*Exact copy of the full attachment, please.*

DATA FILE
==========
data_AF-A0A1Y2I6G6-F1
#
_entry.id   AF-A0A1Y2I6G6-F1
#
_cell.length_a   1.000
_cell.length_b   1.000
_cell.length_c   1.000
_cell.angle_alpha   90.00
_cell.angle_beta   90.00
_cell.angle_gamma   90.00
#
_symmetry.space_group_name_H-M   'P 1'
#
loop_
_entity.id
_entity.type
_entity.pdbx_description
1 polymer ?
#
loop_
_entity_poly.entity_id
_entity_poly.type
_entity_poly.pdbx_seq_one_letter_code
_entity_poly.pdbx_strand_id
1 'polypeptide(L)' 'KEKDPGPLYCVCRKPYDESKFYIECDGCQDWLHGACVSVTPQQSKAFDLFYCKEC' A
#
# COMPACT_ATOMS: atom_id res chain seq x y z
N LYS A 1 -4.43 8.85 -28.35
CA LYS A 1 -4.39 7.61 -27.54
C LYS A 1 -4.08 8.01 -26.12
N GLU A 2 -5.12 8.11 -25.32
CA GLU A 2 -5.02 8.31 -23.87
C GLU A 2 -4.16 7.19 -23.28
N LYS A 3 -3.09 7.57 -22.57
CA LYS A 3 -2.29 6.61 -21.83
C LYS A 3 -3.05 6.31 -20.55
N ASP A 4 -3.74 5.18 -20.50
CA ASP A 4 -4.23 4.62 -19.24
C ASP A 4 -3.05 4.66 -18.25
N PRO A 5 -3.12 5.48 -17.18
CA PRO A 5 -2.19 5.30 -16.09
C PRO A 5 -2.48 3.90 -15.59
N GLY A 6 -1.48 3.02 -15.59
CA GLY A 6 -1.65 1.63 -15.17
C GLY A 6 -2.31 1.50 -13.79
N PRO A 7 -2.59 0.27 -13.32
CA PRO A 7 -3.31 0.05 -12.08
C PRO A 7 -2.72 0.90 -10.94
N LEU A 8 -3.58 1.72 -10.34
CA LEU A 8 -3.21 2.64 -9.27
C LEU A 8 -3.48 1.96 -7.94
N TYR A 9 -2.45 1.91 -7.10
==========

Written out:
data_AF-A0A1Y2I6G6-F1
#
_entry.id   AF-A0A1Y2I6G6-F1
#
_cell.length_a   1.000
_cell.length_b   1.000
_cell.length_c   1.000
_cell.angle_alpha   90.00
_cell.angle_beta   90.00
_cell.angle_gamma   90.00
#
_symmetry.space_group_name_H-M   'P 1'
#
loop_
_entity.id
_entity.type
_entity.pdbx_description
1 polymer ?
#
loop_
_entity_poly.entity_id
_entity_poly.type
_entity_poly.pdbx_seq_one_letter_code
_entity_poly.pdbx_strand_id
1 'polypeptide(L)' 'KEKDPGPLYCVCRKPYDESKFYIECDGCQDWLHGACVSVTPQQSKAFDLFYCKEC' A
#
# COMPACT_ATOMS: atom_id res chain seq x y z
N LYS A 1 -4.43 8.85 -28.35
CA LYS A 1 -4.39 7.61 -27.54
C LYS A 1 -4.08 8.01 -26.12
N GLU A 2 -5.12 8.11 -25.32
CA GLU A 2 -5.02 8.31 -23.87
C GLU A 2 -4.16 7.19 -23.28
N LYS A 3 -3.09 7.57 -22.57
CA LYS A 3 -2.29 6.61 -21.83
C LYS A 3 -3.05 6.31 -20.55
N ASP A 4 -3.74 5.18 -20.50
CA ASP A 4 -4.23 4.62 -19.24
C ASP A 4 -3.05 4.66 -18.25
N PRO A 5 -3.12 5.48 -17.18
CA PRO A 5 -2.19 5.30 -16.09
C PRO A 5 -2.48 3.90 -15.59
N GLY A 6 -1.48 3.02 -15.59
CA GLY A 6 -1.65 1.63 -15.17
C GLY A 6 -2.31 1.50 -13.79
N PRO A 7 -2.59 0.27 -13.32
CA PRO A 7 -3.31 0.05 -12.08
C PRO A 7 -2.72 0.90 -10.94
N LEU A 8 -3.58 1.72 -10.34
CA LEU A 8 -3.21 2.64 -9.27
C LEU A 8 -3.48 1.96 -7.94
N TYR A 9 -2.45 1.91 -7.10